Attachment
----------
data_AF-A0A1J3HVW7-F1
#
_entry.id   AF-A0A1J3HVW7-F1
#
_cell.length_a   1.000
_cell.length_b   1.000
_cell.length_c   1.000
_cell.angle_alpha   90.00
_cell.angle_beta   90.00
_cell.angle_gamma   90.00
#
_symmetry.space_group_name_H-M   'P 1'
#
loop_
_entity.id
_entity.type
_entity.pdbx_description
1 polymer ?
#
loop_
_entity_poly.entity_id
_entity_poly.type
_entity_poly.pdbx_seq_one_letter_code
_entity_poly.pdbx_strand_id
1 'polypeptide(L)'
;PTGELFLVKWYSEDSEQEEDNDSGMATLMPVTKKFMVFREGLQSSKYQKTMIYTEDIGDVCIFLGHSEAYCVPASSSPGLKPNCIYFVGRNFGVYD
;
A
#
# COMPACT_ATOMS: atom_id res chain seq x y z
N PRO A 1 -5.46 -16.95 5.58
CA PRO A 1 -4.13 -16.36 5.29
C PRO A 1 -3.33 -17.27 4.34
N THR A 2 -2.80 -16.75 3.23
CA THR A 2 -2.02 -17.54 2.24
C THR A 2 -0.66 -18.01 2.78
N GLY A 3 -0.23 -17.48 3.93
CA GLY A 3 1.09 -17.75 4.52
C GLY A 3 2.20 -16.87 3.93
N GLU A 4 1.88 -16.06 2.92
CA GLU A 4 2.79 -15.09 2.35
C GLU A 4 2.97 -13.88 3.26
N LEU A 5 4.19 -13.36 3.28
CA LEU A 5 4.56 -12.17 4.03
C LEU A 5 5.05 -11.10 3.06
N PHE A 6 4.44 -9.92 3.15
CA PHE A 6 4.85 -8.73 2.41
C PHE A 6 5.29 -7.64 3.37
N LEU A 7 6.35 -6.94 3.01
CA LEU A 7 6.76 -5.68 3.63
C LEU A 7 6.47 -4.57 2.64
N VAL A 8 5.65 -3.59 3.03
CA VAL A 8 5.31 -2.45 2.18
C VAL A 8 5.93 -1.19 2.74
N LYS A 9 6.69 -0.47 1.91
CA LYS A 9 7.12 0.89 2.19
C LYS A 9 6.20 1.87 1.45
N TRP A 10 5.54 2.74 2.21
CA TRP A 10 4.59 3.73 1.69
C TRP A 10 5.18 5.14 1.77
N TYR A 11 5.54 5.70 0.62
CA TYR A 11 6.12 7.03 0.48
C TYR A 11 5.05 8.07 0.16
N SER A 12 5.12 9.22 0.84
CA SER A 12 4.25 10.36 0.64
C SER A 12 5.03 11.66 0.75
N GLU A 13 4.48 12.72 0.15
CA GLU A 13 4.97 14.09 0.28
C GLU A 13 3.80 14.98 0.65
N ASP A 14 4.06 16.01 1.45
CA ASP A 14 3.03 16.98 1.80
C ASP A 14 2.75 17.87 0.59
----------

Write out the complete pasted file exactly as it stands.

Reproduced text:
data_AF-A0A1J3HVW7-F1
#
_entry.id   AF-A0A1J3HVW7-F1
#
_cell.length_a   1.000
_cell.length_b   1.000
_cell.length_c   1.000
_cell.angle_alpha   90.00
_cell.angle_beta   90.00
_cell.angle_gamma   90.00
#
_symmetry.space_group_name_H-M   'P 1'
#
loop_
_entity.id
_entity.type
_entity.pdbx_description
1 polymer ?
#
loop_
_entity_poly.entity_id
_entity_poly.type
_entity_poly.pdbx_seq_one_letter_code
_entity_poly.pdbx_strand_id
1 'polypeptide(L)'
;PTGELFLVKWYSEDSEQEEDNDSGMATLMPVTKKFMVFREGLQSSKYQKTMIYTEDIGDVCIFLGHSEAYCVPASSSPGLKPNCIYFVGRNFGVYD
;
A
#
# COMPACT_ATOMS: atom_id res chain seq x y z
N PRO A 1 -5.46 -16.95 5.58
CA PRO A 1 -4.13 -16.36 5.29
C PRO A 1 -3.33 -17.27 4.34
N THR A 2 -2.80 -16.75 3.23
CA THR A 2 -2.02 -17.54 2.24
C THR A 2 -0.66 -18.01 2.78
N GLY A 3 -0.23 -17.48 3.93
CA GLY A 3 1.09 -17.75 4.52
C GLY A 3 2.20 -16.87 3.93
N GLU A 4 1.88 -16.06 2.92
CA GLU A 4 2.79 -15.09 2.35
C GLU A 4 2.97 -13.88 3.26
N LEU A 5 4.19 -13.36 3.28
CA LEU A 5 4.56 -12.17 4.03
C LEU A 5 5.05 -11.10 3.06
N PHE A 6 4.44 -9.92 3.15
CA PHE A 6 4.85 -8.73 2.41
C PHE A 6 5.29 -7.64 3.37
N LEU A 7 6.35 -6.94 3.01
CA LEU A 7 6.76 -5.68 3.63
C LEU A 7 6.47 -4.57 2.64
N VAL A 8 5.65 -3.59 3.03
CA VAL A 8 5.31 -2.45 2.18
C VAL A 8 5.93 -1.19 2.74
N LYS A 9 6.69 -0.47 1.91
CA LYS A 9 7.12 0.89 2.19
C LYS A 9 6.20 1.87 1.45
N TRP A 10 5.54 2.74 2.21
CA TRP A 10 4.59 3.73 1.69
C TRP A 10 5.18 5.14 1.77
N TYR A 11 5.54 5.70 0.62
CA TYR A 11 6.12 7.03 0.48
C TYR A 11 5.05 8.07 0.16
N SER A 12 5.12 9.22 0.84
CA SER A 12 4.25 10.36 0.64
C SER A 12 5.03 11.66 0.75
N GLU A 13 4.48 12.72 0.15
CA GLU A 13 4.97 14.09 0.28
C GLU A 13 3.80 14.98 0.65
N ASP A 14 4.06 16.01 1.45
CA ASP A 14 3.03 16.98 1.80
C ASP A 14 2.75 17.87 0.59